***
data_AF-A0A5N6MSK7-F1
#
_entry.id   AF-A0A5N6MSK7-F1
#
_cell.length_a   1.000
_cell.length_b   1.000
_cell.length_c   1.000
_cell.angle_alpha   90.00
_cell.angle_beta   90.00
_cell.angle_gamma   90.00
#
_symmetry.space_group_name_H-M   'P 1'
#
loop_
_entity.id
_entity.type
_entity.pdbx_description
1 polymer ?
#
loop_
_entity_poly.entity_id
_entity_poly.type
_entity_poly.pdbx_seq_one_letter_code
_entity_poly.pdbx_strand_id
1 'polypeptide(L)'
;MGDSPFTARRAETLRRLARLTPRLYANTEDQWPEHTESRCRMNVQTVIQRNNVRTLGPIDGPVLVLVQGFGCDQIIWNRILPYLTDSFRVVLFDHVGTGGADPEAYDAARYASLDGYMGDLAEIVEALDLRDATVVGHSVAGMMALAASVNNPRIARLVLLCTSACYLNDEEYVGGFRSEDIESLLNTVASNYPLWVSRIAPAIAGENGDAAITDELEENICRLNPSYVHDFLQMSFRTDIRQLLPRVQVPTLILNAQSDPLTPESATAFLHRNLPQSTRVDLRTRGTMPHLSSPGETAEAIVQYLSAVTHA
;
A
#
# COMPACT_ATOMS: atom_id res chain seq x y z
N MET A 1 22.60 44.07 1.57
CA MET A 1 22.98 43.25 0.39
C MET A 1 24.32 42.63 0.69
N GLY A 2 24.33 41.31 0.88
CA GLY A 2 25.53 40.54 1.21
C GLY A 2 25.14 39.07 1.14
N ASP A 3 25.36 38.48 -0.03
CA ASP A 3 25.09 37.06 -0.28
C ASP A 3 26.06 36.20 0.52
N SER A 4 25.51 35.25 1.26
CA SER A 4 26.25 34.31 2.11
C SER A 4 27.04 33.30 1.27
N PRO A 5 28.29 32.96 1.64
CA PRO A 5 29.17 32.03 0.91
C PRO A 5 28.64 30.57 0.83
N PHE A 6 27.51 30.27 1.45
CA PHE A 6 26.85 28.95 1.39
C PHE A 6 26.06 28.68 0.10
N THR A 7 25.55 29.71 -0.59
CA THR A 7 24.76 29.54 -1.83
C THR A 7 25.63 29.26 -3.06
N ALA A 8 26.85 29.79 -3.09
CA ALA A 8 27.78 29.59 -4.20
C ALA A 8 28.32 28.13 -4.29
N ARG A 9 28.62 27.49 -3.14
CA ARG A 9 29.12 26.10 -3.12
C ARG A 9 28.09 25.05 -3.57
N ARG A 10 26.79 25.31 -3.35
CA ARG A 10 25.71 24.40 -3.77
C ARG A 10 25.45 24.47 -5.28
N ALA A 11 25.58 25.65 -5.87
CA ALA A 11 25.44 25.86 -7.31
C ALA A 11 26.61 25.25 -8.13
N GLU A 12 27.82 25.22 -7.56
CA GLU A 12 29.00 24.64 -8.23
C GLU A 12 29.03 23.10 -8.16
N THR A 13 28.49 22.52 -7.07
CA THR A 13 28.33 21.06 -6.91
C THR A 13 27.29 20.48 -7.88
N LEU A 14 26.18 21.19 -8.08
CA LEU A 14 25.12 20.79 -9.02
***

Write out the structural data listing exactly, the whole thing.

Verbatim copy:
data_AF-A0A5N6MSK7-F1
#
_entry.id   AF-A0A5N6MSK7-F1
#
_cell.length_a   1.000
_cell.length_b   1.000
_cell.length_c   1.000
_cell.angle_alpha   90.00
_cell.angle_beta   90.00
_cell.angle_gamma   90.00
#
_symmetry.space_group_name_H-M   'P 1'
#
loop_
_entity.id
_entity.type
_entity.pdbx_description
1 polymer ?
#
loop_
_entity_poly.entity_id
_entity_poly.type
_entity_poly.pdbx_seq_one_letter_code
_entity_poly.pdbx_strand_id
1 'polypeptide(L)'
;MGDSPFTARRAETLRRLARLTPRLYANTEDQWPEHTESRCRMNVQTVIQRNNVRTLGPIDGPVLVLVQGFGCDQIIWNRILPYLTDSFRVVLFDHVGTGGADPEAYDAARYASLDGYMGDLAEIVEALDLRDATVVGHSVAGMMALAASVNNPRIARLVLLCTSACYLNDEEYVGGFRSEDIESLLNTVASNYPLWVSRIAPAIAGENGDAAITDELEENICRLNPSYVHDFLQMSFRTDIRQLLPRVQVPTLILNAQSDPLTPESATAFLHRNLPQSTRVDLRTRGTMPHLSSPGETAEAIVQYLSAVTHA
;
A
#
# COMPACT_ATOMS: atom_id res chain seq x y z
N MET A 1 22.60 44.07 1.57
CA MET A 1 22.98 43.25 0.39
C MET A 1 24.32 42.63 0.69
N GLY A 2 24.33 41.31 0.88
CA GLY A 2 25.53 40.54 1.21
C GLY A 2 25.14 39.07 1.14
N ASP A 3 25.36 38.48 -0.03
CA ASP A 3 25.09 37.06 -0.28
C ASP A 3 26.06 36.20 0.52
N SER A 4 25.51 35.25 1.26
CA SER A 4 26.25 34.31 2.11
C SER A 4 27.04 33.30 1.27
N PRO A 5 28.29 32.96 1.64
CA PRO A 5 29.17 32.03 0.91
C PRO A 5 28.64 30.57 0.83
N PHE A 6 27.51 30.27 1.45
CA PHE A 6 26.85 28.95 1.39
C PHE A 6 26.06 28.68 0.10
N THR A 7 25.55 29.71 -0.59
CA THR A 7 24.76 29.54 -1.83
C THR A 7 25.63 29.26 -3.06
N ALA A 8 26.85 29.79 -3.09
CA ALA A 8 27.78 29.59 -4.20
C ALA A 8 28.32 28.13 -4.29
N ARG A 9 28.62 27.49 -3.14
CA ARG A 9 29.12 26.10 -3.12
C ARG A 9 28.09 25.05 -3.57
N ARG A 10 26.79 25.31 -3.35
CA ARG A 10 25.71 24.40 -3.77
C ARG A 10 25.45 24.47 -5.28
N ALA A 11 25.58 25.65 -5.87
CA ALA A 11 25.44 25.86 -7.31
C ALA A 11 26.61 25.25 -8.13
N GLU A 12 27.82 25.22 -7.56
CA GLU A 12 29.00 24.64 -8.23
C GLU A 12 29.03 23.10 -8.16
N THR A 13 28.49 22.52 -7.07
CA THR A 13 28.33 21.06 -6.91
C THR A 13 27.29 20.48 -7.88
N LEU A 14 26.18 21.19 -8.08
CA LEU A 14 25.12 20.79 -9.02